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Gear Up for Remote Work

The Remote Worker’s Home Office Equipment Guide

Eric Elliott
Mar 16 · 7 min read
Home Office

Last Updated: March 2020

Setting up your remote work space can be daunting. You’ll be confronted with dozens of purchasing decisions, and you may feel like you need to do a lot of research. I build and advise remote development teams as part of my regular work, and have been doing so since 2014. I’ve looked at all the microphones and headsets, furniture, and accessories, so you can gear up quickly and get right to work.

Here are my current recommendations.

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A Fast Computer

Remote software development is CPU and memory intensive. You’ll often be recording and transcoding video clips, screen sharing or video chatting while compiling and interacting with a web browser.

Lots of computers will struggle with those demands. You’ll start an npm install and the video will drop frames. Grab at least 16 GB of RAM for best results. 32 GB is better. will do a great job.

I recently purchased the 16" 8-core i9. It’s a great machine. It’s lighter, smaller, and still manages to pack an extra inch of screen real-estate into the compact package. I love the new keyboard, touch bar, and touch ID, and I don’t miss the old function keys.

New MacBooks only have USB-C compatible Thunderbolt 3 ports. You’ll probably need to connect to USB 3, HDMI, and memory cards. You can get that has all of those built-in.

External Keyboard, Trackpad, Mouse

Ideally, you’ll want to mount your laptop on a high stand to bring your screen and video camera up to eye level. Doing so will make you more comfortable, allow you to easily adjust your camera for video conferencing, and probably improve your health, but it will also put the built-in keyboard and trackpad out of easy reach.

In my opinion, nothing beats the and for productivity. Syncing is easy. There are no battery replacements to worry about. Plug them in with the included cable, and you can charge them while you work.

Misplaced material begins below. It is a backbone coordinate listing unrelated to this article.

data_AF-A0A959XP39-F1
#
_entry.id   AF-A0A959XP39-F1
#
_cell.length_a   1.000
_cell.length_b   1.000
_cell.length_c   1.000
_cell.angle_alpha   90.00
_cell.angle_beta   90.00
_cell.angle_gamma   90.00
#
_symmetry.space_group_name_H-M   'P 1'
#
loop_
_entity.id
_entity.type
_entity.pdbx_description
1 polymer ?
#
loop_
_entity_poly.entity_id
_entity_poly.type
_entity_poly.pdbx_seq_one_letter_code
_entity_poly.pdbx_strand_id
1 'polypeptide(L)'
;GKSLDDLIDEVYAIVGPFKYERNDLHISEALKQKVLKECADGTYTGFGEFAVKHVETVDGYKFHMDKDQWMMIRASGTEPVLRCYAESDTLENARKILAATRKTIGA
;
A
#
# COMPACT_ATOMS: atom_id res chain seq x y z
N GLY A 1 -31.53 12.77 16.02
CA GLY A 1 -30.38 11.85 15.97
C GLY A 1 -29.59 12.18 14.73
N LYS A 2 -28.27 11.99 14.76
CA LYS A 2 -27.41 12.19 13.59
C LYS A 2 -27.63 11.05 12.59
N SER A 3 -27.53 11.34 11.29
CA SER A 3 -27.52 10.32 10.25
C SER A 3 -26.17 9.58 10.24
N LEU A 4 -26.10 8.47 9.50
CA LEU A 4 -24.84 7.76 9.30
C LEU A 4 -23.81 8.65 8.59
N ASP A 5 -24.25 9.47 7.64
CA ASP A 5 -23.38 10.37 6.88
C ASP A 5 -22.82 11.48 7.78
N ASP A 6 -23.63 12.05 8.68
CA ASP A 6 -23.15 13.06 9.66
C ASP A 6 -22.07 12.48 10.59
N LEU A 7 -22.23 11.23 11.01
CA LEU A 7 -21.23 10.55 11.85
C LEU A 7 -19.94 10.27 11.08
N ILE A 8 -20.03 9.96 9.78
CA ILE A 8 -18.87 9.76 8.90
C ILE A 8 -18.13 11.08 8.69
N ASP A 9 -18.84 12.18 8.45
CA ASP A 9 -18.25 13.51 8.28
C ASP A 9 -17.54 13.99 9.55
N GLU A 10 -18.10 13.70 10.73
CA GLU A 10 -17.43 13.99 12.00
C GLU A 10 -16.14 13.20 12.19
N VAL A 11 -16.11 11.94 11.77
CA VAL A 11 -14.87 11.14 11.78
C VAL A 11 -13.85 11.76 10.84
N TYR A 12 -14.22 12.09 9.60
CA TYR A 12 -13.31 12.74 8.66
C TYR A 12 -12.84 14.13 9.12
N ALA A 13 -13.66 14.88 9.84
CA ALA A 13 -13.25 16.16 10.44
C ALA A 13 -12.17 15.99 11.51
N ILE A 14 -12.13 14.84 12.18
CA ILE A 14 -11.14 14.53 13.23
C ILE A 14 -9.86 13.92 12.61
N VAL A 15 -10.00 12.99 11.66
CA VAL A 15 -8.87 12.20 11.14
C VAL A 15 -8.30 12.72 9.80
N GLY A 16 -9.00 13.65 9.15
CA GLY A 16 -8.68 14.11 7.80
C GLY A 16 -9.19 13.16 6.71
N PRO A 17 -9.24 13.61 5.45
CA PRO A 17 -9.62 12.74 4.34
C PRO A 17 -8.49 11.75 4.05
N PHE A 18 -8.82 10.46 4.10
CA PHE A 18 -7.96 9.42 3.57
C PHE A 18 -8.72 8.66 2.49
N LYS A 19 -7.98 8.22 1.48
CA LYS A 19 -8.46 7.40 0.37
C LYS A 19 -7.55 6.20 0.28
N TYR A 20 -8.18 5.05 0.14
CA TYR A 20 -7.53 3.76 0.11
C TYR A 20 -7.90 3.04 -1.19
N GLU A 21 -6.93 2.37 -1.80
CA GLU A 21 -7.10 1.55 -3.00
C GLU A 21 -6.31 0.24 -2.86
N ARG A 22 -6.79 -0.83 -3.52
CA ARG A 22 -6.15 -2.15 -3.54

If you plan to do any gaming to relax when you’re not working, you’ll want a real mouse. Trackpads just won’t do it. The best mice out there are designed for gamers. Check out the .

A Good Microphone

A built-in mic is OK, but it’s not ideal for video chats. First, it’s too close to the speakers, so if the speakers are too loud, it will pick up your coworker’s voices and echo back to them, which can be very distracting. Second, it’s not very good at rejecting sound that’s farther away, so it’ll pick up all the background noise.

If you want your coworkers to really hear you clearly, pick up a better external mic. Choose a dynamic mic rather than a condenser mic. You need to speak directly into a dynamic mic for it to pick up the sound well. That’s a good thing, because it automatically filters out most of the background noise.

I’ve tried a whole lot of mics over the years, and I keep circling back to the . This is a professional mic commonly used by professional musicians on stage, which means it’s not a USB mic. That’s OK.

You’ll need a USB audio interface. My favorite is the . While you’re at it, pick up an adjustable boom stand for the mic. There are .

A Good Monitor

The MacBook Pro monitor is great, but even a 16" monitor is a bit small. While I’m coding, I usually have a browser and terminal on one screen, and an IDE on the other. Having plenty of screen real-estate can help you be up to 20% more productive. It’s worth splurging on . While you’re at it, pick up a desk mountable, adjustable stand. My favorite is the .

Headphones